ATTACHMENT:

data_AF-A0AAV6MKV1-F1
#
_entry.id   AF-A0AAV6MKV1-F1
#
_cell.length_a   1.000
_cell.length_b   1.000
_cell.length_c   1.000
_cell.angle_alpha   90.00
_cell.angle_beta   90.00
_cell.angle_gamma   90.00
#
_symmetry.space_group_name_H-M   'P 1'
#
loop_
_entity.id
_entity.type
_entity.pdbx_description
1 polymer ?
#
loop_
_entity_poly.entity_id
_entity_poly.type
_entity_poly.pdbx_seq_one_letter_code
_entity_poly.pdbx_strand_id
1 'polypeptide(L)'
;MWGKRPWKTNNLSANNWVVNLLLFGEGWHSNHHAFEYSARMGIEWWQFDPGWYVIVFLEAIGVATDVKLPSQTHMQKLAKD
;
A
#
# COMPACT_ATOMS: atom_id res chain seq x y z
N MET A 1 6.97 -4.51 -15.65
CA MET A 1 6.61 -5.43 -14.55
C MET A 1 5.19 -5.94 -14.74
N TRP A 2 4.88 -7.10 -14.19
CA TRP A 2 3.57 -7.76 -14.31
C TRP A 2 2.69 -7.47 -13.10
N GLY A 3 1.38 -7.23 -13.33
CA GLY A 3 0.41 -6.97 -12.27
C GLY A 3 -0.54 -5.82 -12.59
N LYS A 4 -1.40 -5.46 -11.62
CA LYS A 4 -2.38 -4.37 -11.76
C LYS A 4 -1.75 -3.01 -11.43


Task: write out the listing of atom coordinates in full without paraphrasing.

data_AF-A0AAV6MKV1-F1
#
_entry.id   AF-A0AAV6MKV1-F1
#
_cell.length_a   1.000
_cell.length_b   1.000
_cell.length_c   1.000
_cell.angle_alpha   90.00
_cell.angle_beta   90.00
_cell.angle_gamma   90.00
#
_symmetry.space_group_name_H-M   'P 1'
#
loop_
_entity.id
_entity.type
_entity.pdbx_description
1 polymer ?
#
loop_
_entity_poly.entity_id
_entity_poly.type
_entity_poly.pdbx_seq_one_letter_code
_entity_poly.pdbx_strand_id
1 'polypeptide(L)'
;MWGKRPWKTNNLSANNWVVNLLLFGEGWHSNHHAFEYSARMGIEWWQFDPGWYVIVFLEAIGVATDVKLPSQTHMQKLAKD
;
A
#
# COMPACT_ATOMS: atom_id res chain seq x y z
N MET A 1 6.97 -4.51 -15.65
CA MET A 1 6.61 -5.43 -14.55
C MET A 1 5.19 -5.94 -14.74
N TRP A 2 4.88 -7.10 -14.19
CA TRP A 2 3.57 -7.76 -14.31
C TRP A 2 2.69 -7.47 -13.10
N GLY A 3 1.38 -7.23 -13.33
CA GLY A 3 0.41 -6.97 -12.27
C GLY A 3 -0.54 -5.82 -12.59
N LYS A 4 -1.40 -5.46 -11.62
CA LYS A 4 -2.38 -4.37 -11.76
C LYS A 4 -1.75 -3.01 -11.43